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Sprains & Strains – What’s the Difference?

man holding sprained and bandaged ankle

A strain is an acute or chronic soft tissue injury caused by overstretching or tearing a muscle, tendon, or both, whereas a sprain is the equivalent injury of a ligament. Both injuries can cause pain, swelling, and limited movement in the area they occur. If you are experiencing redness, swelling, pain to the touch, or limited movement in an area that has recently been injured or felt sore, you probably have a strain or sprain.

Strains often result from trauma, overexertion, and repetitive movements–like lifting a heavy item, exercising too hard and tearing a muscle, or injury from repetitive movements.

Sprains are usually the results of falling or twisting the wrong way and forcing a joint into an awkward position–like landing on an ankle incorrectly while playing sports.

Strains and sprains may seem like minor injuries compared to breaking a bone, but they still require rehabilitation and care–and can result in worsening pain or serious injury if not properly taken care of.

These injuries require more than a day or two of rest to recover from and should be taken seriously. Most people with a sprain or strain-related injury need anywhere from six to twelve weeks to fully recover. For those with more severe injuries, such as a painful tear in a frequently used body part like the leg or ankle, the recovery period can be much longer.

If you think you have sprained or strained your back, follow these steps:

Stop what you’re doing.

When your back pain suddenly flares up, discontinue the physical activity that you’re doing. It is important to protect your lower back from further injury. Don’t push through your workout or continue to do chores around the house.

Overusing a strained back muscle may worsen the damage and delay recovery.

Ice it.

Applying ice to your back can reduce blood flow to the injured area, which helps numb the pain and reduce inflammation and swelling. If you don’t have an instant ice pack on hand, you can try any of the following options:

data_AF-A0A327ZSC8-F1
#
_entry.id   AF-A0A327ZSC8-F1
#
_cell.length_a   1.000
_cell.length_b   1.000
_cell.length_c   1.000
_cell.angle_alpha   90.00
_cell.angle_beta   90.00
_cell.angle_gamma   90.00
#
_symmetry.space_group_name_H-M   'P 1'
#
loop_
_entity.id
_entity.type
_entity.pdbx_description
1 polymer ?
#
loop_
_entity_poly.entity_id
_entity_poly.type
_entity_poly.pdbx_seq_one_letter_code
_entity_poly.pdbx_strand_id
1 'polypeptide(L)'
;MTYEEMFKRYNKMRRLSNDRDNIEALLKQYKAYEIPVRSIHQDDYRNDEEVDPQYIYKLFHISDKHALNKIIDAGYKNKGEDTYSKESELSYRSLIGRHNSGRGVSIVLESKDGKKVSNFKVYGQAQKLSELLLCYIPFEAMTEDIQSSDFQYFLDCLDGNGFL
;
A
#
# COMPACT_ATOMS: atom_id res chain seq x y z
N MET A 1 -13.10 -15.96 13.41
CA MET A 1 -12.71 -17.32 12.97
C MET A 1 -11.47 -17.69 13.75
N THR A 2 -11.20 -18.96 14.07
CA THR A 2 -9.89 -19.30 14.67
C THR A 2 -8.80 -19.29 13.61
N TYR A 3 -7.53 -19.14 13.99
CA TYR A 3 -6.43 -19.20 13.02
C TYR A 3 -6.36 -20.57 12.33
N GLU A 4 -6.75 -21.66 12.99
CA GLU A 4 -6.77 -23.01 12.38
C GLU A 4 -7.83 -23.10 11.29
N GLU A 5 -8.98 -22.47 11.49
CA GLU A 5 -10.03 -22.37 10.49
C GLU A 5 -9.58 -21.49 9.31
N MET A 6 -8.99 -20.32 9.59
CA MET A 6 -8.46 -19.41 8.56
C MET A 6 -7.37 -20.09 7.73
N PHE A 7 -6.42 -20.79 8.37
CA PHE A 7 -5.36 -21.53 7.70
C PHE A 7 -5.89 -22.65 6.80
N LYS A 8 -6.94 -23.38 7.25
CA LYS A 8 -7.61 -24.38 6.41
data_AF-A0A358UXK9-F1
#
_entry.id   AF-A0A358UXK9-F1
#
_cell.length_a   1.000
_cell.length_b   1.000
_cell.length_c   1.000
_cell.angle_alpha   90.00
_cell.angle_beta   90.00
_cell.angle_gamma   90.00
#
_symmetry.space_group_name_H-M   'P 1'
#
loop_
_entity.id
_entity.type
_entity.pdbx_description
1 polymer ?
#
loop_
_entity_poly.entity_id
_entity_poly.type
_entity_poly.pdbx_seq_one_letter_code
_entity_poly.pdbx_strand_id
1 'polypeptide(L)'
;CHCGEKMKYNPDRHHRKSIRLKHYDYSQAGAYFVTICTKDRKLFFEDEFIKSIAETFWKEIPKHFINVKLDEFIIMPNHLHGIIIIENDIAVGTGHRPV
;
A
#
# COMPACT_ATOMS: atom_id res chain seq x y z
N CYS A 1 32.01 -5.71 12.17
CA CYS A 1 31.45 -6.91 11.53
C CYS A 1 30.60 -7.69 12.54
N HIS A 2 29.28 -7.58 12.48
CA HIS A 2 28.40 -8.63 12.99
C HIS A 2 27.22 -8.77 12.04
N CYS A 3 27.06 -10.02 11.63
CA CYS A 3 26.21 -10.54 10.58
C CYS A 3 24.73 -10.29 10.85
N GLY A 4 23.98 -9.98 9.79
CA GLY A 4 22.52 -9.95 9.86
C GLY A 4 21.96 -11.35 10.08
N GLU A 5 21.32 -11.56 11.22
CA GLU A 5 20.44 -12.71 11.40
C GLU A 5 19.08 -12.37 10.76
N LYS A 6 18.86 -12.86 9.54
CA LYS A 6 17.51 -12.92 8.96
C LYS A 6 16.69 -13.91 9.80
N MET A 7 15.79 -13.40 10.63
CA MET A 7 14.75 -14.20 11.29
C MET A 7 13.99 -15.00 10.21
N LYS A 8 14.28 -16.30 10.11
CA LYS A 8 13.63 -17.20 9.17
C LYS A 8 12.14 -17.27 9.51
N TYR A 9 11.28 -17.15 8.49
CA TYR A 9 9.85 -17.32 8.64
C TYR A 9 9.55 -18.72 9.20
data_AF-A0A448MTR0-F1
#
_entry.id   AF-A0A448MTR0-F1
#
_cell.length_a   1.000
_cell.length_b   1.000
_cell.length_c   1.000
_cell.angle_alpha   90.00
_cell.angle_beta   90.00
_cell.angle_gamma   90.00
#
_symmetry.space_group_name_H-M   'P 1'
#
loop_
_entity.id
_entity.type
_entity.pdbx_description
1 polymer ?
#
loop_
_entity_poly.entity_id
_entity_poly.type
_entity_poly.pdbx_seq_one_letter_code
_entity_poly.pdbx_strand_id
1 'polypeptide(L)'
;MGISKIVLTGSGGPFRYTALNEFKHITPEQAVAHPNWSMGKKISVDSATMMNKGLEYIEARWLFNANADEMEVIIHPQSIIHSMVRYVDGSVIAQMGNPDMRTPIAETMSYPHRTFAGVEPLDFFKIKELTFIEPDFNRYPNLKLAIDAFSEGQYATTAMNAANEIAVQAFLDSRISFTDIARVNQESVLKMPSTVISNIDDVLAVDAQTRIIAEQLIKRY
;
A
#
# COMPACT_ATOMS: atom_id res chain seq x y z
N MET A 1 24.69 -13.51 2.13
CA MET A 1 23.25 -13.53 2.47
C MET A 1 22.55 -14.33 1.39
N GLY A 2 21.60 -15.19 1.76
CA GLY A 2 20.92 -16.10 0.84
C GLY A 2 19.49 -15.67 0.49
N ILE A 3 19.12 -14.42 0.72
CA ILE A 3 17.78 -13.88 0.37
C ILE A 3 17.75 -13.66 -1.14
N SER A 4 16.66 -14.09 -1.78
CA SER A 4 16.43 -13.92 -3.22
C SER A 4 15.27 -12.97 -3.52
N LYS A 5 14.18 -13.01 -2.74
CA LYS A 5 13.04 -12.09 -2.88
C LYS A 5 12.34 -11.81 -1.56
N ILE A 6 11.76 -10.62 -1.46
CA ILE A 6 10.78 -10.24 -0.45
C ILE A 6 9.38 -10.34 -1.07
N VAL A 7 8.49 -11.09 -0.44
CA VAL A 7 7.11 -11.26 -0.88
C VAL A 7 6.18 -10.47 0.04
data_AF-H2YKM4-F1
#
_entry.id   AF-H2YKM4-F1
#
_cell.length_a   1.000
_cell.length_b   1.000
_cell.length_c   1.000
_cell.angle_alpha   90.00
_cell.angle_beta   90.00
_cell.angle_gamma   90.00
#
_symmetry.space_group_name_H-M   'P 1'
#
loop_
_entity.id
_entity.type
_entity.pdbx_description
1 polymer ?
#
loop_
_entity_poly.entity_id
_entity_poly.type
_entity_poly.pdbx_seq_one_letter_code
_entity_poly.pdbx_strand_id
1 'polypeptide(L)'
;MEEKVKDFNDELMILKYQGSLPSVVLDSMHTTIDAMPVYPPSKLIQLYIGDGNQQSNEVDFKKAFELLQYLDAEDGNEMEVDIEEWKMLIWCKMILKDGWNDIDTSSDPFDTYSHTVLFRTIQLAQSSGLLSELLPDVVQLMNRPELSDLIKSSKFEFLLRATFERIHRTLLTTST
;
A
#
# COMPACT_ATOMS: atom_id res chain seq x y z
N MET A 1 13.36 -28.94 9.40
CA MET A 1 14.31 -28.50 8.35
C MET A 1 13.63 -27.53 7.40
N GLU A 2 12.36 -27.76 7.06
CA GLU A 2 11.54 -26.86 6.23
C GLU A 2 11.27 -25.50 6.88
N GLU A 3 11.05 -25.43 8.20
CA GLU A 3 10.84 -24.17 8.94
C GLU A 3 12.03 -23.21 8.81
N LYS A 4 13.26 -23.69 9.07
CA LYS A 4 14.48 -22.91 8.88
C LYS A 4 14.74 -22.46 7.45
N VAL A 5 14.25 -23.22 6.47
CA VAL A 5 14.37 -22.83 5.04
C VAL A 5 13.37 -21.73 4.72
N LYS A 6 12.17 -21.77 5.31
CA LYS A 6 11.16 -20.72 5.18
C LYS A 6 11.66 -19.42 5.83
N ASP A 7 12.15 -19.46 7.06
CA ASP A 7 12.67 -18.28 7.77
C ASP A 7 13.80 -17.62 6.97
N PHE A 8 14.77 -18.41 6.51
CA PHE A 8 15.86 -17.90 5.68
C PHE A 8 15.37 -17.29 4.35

• Fill a small plastic bag with ice (and include water to smooth out the bumps).

  • Grab a bag of frozen vegetables from the freezer.

  • Put a wet sponge in the freezer. Once it’s frozen, put it in a small plastic bag.

  • Fill a sock with rice and place it in the freezer.

Apply cold therapy for no more than 20 minutes at a time with at least 2 hours rest between applications. Place a towel or protective barrier between your skin and the ice pack. Check your skin regularly to ensure it’s not being damaged by too much cold.

Change it up after a day or two of rest.

After 24 to 72 hours, you may consider:

  • Switching from ice to heat therapy. Place a heat pack against your back. The warmth will increase blood flow to the injured area and may soothe your strained muscles and connective tissues. Heat therapy can also reduce stiffness so you can more easily get up and exercise. Apply heat therapy for up to 20 minutes at a time with 2 hours of rest in between. When using a heating pad, always follow the directions carefully to reduce the risk of a burn.

  • Gentle exercises and stretches. Don’t stay immobile for too long. Your muscles could become weaker, leading to more pain and stiffness. Get up and walk around, even if for just a few minutes at a time. Incorporate gentle stretching exercises into your day to restore your mobility and protect your back against future injury.

Some pain and stiffness are usually expected for a week or two as your muscles heal. If your symptoms don’t improve or continue to interfere with daily activities, consider chiropractic.

Many studies have concluded that manual therapies commonly used by chiropractors are generally effective for the treatment of lower back pain, as well as for the treatment of lumbar herniated disc for radiculopathy and neck pain, among other conditions.


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